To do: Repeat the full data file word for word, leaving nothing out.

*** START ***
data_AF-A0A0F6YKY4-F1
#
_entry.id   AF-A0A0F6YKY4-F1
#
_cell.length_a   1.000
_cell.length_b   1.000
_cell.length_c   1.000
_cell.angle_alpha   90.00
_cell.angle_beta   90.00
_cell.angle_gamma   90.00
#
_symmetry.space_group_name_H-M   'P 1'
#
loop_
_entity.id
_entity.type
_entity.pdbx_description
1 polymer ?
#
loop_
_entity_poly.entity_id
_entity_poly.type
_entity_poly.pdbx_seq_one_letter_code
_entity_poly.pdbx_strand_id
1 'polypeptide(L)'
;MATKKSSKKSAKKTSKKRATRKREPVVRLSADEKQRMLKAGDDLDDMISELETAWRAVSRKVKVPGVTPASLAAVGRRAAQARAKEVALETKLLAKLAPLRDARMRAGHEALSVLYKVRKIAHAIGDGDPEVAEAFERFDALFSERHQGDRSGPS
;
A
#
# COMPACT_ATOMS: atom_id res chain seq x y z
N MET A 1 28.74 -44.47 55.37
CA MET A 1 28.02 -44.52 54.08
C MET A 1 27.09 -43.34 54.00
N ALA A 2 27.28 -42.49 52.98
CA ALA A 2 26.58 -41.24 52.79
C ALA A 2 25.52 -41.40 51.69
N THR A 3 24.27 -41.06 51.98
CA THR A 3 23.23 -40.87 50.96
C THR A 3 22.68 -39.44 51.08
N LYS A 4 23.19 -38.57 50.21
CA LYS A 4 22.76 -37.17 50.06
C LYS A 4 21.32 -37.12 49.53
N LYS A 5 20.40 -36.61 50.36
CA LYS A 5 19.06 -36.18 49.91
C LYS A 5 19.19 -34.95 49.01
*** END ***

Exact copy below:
data_AF-A0A0F6YKY4-F1
#
_entry.id   AF-A0A0F6YKY4-F1
#
_cell.length_a   1.000
_cell.length_b   1.000
_cell.length_c   1.000
_cell.angle_alpha   90.00
_cell.angle_beta   90.00
_cell.angle_gamma   90.00
#
_symmetry.space_group_name_H-M   'P 1'
#
loop_
_entity.id
_entity.type
_entity.pdbx_description
1 polymer ?
#
loop_
_entity_poly.entity_id
_entity_poly.type
_entity_poly.pdbx_seq_one_letter_code
_entity_poly.pdbx_strand_id
1 'polypeptide(L)'
;MATKKSSKKSAKKTSKKRATRKREPVVRLSADEKQRMLKAGDDLDDMISELETAWRAVSRKVKVPGVTPASLAAVGRRAAQARAKEVALETKLLAKLAPLRDARMRAGHEALSVLYKVRKIAHAIGDGDPEVAEAFERFDALFSERHQGDRSGPS
;
A
#
# COMPACT_ATOMS: atom_id res chain seq x y z
N MET A 1 28.74 -44.47 55.37
CA MET A 1 28.02 -44.52 54.08
C MET A 1 27.09 -43.34 54.00
N ALA A 2 27.28 -42.49 52.98
CA ALA A 2 26.58 -41.24 52.79
C ALA A 2 25.52 -41.40 51.69
N THR A 3 24.27 -41.06 51.98
CA THR A 3 23.23 -40.87 50.96
C THR A 3 22.68 -39.44 51.08
N LYS A 4 23.19 -38.57 50.21
CA LYS A 4 22.76 -37.17 50.06
C LYS A 4 21.32 -37.12 49.53
N LYS A 5 20.40 -36.61 50.36
CA LYS A 5 19.06 -36.18 49.91
C LYS A 5 19.19 -34.95 49.01